04 Jun Social Experience Marketing: An Innovative Way to Communicate
Beyond Experiential Marketing
Experiential marketing was a term that used to explain the process of handing out free stuff to people to get them to notice you: bumper stickers, t-shirts, goodies and the like. Fast forward to today and you’ll find that businesses are now easily conveying experiences that go way beyond the effectiveness of any traditional marketing effort. They’re achieving this with — you guessed it — social media, guerrilla marketing tactics, and digital technology. You see it happen every day: a retail store offering buy one get one free deals with a “like” on Facebook, a restaurant promoting a contest for a free meal for those that share a picture of their latest dish with a hashtag shout-out on Twitter. All of these things promote brand awareness yet in a free, fun, socialized environment.
Experiential marketing benefits both sides: customers, especially Millennials, feel included and engaged, and businesses get free advertising. But this is only the tip of the iceberg when it comes to experiential marketing as more and more consumers are doing everything from obtaining product comparisons to creating business presentations on their smart phones and tablets. The growth in this area is exponential. Why?
Social experience marketing, quite simply, connects people in ways they otherwise wouldn’t. People in general seek to be involved in something worthwhile, connecting with others having the same purpose. This is a relatively new way of thinking. Previously, consumers made a purchase and perhaps wrote a review on their experience. End of story. Not so today. Take Jane for instance. She is sipping on a new coffee drink from Starbucks, posts a pic of it on Instagram and tags it. Starbucks sees it, likes it and shares it with thousands of its followers. This gives them free advertising in the best way possible — a regular Jane enjoying her mid-afternoon flavored latte — and the consumer gets her profile shared with thousands of other people.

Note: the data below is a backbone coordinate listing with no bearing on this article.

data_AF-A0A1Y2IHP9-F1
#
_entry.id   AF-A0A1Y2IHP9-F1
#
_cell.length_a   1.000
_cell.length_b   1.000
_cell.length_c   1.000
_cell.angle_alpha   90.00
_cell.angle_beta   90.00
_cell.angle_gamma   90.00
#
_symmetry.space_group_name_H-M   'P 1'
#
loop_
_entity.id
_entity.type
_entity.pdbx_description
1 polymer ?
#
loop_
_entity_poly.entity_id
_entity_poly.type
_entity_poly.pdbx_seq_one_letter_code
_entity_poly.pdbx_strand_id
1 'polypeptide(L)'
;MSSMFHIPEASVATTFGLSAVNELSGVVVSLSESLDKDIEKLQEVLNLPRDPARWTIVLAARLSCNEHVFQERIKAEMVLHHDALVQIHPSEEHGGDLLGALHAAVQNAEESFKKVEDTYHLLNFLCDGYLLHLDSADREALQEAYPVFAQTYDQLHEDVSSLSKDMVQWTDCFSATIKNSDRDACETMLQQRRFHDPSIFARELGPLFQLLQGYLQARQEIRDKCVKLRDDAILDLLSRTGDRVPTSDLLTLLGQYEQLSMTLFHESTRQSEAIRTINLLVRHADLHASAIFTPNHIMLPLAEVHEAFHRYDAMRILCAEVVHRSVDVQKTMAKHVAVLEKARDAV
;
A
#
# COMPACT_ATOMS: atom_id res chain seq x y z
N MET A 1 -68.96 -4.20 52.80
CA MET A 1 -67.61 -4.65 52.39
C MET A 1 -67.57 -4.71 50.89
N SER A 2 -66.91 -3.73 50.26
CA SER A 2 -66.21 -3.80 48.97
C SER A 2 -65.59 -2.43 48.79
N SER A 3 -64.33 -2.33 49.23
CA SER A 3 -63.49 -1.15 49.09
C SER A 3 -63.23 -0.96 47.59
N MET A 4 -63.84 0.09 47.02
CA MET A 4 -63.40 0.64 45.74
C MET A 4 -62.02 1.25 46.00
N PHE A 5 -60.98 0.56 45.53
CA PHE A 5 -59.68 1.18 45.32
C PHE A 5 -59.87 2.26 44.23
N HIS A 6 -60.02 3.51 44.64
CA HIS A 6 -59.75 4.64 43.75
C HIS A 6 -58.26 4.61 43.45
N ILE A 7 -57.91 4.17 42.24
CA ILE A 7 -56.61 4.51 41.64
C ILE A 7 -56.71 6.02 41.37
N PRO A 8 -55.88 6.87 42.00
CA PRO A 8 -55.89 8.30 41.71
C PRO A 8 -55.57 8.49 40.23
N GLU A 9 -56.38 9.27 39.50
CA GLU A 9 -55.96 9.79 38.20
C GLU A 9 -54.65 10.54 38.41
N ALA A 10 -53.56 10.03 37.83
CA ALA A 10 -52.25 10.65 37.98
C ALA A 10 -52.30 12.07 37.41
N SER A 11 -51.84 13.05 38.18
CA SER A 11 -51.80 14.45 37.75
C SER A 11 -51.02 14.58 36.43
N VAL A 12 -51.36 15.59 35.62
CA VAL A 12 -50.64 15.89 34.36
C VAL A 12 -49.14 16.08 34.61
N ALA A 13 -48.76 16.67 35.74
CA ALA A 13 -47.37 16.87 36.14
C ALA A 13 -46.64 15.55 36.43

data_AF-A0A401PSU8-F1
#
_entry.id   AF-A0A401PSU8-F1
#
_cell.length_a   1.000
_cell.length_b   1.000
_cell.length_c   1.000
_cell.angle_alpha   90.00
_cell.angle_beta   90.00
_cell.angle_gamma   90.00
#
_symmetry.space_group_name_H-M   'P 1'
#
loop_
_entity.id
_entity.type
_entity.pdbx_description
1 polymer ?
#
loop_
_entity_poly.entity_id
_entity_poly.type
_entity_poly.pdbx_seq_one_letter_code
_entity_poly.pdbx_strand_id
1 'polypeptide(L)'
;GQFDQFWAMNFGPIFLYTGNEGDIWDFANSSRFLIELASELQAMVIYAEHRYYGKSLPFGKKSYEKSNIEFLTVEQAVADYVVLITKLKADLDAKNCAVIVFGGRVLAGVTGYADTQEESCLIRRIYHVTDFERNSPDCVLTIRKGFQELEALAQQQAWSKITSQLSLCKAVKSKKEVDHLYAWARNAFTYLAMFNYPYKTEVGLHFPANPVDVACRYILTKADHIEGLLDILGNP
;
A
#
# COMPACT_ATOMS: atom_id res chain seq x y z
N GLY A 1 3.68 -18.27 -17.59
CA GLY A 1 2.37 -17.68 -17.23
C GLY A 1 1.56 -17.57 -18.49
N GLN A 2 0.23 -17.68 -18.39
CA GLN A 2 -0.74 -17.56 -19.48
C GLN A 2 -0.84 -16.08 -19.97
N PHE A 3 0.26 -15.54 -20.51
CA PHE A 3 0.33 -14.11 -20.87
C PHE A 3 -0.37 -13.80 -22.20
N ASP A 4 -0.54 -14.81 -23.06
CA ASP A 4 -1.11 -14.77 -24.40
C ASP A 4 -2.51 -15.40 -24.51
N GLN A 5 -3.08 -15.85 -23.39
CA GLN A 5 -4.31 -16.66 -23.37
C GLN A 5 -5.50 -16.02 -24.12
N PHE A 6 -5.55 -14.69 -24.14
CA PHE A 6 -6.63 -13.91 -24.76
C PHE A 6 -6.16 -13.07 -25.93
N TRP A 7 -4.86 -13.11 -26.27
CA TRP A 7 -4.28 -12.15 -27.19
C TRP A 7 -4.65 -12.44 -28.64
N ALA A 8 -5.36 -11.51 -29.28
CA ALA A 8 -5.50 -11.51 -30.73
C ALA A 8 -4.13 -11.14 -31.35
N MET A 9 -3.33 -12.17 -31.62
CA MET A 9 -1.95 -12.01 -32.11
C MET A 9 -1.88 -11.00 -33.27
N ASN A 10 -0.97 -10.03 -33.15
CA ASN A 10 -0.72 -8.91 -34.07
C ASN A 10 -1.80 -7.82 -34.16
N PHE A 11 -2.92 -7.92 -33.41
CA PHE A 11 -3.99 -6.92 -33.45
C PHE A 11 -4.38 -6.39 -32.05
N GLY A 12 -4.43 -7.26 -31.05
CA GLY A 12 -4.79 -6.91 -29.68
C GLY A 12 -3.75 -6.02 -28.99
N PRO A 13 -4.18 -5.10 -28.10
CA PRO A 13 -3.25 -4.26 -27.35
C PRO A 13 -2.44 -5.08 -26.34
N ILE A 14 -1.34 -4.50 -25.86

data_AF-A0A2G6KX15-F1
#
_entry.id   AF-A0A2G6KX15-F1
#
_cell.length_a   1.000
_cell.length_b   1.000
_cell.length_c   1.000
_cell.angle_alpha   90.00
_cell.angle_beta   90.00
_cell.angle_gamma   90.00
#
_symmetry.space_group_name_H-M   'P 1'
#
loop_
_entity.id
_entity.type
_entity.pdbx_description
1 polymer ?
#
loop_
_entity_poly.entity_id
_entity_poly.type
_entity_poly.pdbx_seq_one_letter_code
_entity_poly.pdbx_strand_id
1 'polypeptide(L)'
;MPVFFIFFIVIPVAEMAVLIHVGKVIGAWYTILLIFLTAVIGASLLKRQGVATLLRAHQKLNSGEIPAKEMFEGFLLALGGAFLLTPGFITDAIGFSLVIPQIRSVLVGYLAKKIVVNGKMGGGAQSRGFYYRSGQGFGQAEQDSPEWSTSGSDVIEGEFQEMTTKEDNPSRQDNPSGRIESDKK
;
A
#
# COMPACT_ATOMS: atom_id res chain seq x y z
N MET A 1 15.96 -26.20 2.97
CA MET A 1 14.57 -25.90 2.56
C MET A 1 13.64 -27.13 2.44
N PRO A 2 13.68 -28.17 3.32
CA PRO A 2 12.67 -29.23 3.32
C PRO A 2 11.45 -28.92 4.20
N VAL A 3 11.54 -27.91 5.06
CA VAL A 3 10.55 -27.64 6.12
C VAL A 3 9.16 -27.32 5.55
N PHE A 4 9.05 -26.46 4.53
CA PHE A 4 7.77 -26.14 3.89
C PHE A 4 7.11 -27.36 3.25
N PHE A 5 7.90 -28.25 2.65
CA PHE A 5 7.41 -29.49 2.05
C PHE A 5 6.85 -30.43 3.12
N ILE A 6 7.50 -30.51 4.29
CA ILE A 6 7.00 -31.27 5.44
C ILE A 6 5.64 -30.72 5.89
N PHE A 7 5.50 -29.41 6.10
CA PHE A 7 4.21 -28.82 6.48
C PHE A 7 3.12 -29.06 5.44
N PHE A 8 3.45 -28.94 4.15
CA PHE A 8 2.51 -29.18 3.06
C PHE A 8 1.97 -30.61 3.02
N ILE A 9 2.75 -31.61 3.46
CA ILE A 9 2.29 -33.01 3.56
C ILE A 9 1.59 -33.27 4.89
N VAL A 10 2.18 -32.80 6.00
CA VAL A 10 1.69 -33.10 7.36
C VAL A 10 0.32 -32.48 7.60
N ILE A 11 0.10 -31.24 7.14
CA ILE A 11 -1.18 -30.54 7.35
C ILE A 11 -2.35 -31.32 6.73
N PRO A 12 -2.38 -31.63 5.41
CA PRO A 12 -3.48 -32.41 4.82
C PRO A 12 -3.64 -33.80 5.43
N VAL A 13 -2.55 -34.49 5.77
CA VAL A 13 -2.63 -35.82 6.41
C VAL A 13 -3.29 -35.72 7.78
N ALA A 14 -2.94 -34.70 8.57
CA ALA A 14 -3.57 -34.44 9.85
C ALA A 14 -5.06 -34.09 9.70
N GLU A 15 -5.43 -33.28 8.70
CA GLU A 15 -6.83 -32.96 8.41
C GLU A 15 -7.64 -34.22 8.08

Social Local Mobile. Let’s Go.
Think it ends there? Nope. Enter SoLoMo (social, local, mobile): this can enhance the relationship between brand and consumer thanks to mobile apps that distribute data received by brands who filter and respond within just seconds. Combine this with a mobile point of sale app and you get a real-time customer profile that stores consumer experiences such as with Jane above. Thus, experiential marketing helps brands and consumers communicate, paving the way for more meaningful interactions. In addition, brands play a crucial role in conversations that can potentially influence thousands for free with little to no work.
Millennials are generally placing more trust in the businesses they interact with. That trust had eroded up till now with so many companies abusing email privileges that would annoy recipients. Email spam had its time but there’s a better way now. Reaching out to people in smarter ways leads to a more trusting audience because consumers are trusting the brands they’re associating with. This mutual trust benefits both parties in exponential ways. One way is voice. Consumers want to tell others about their experiences, good and bad. They take to social media to make their voices be heard, sharing their opinions on anything from Facebook to Twitter to Instagram. Companies that provide an exceptional service or product will reap the rewards of this type of free advertising. Companies who don’t will learn the hard way that the consumers’ voices matter. In either instance, companies have the opportunity to respond in real time to comments made about them. By publicly addressing negative concerns, for example, the company is putting out a fire that would otherwise spread and get out of control. At the very least, the company earns the respect of its followers and even possibly earns forgiveness from the consumer who wrote the post.
Companies and consumers both benefit from social media and experiential marketing, or as we call these campaigns — Social Experiences. If you can’t make your voice be heard and engage your audience through participation, you risk being overlooked and forgotten.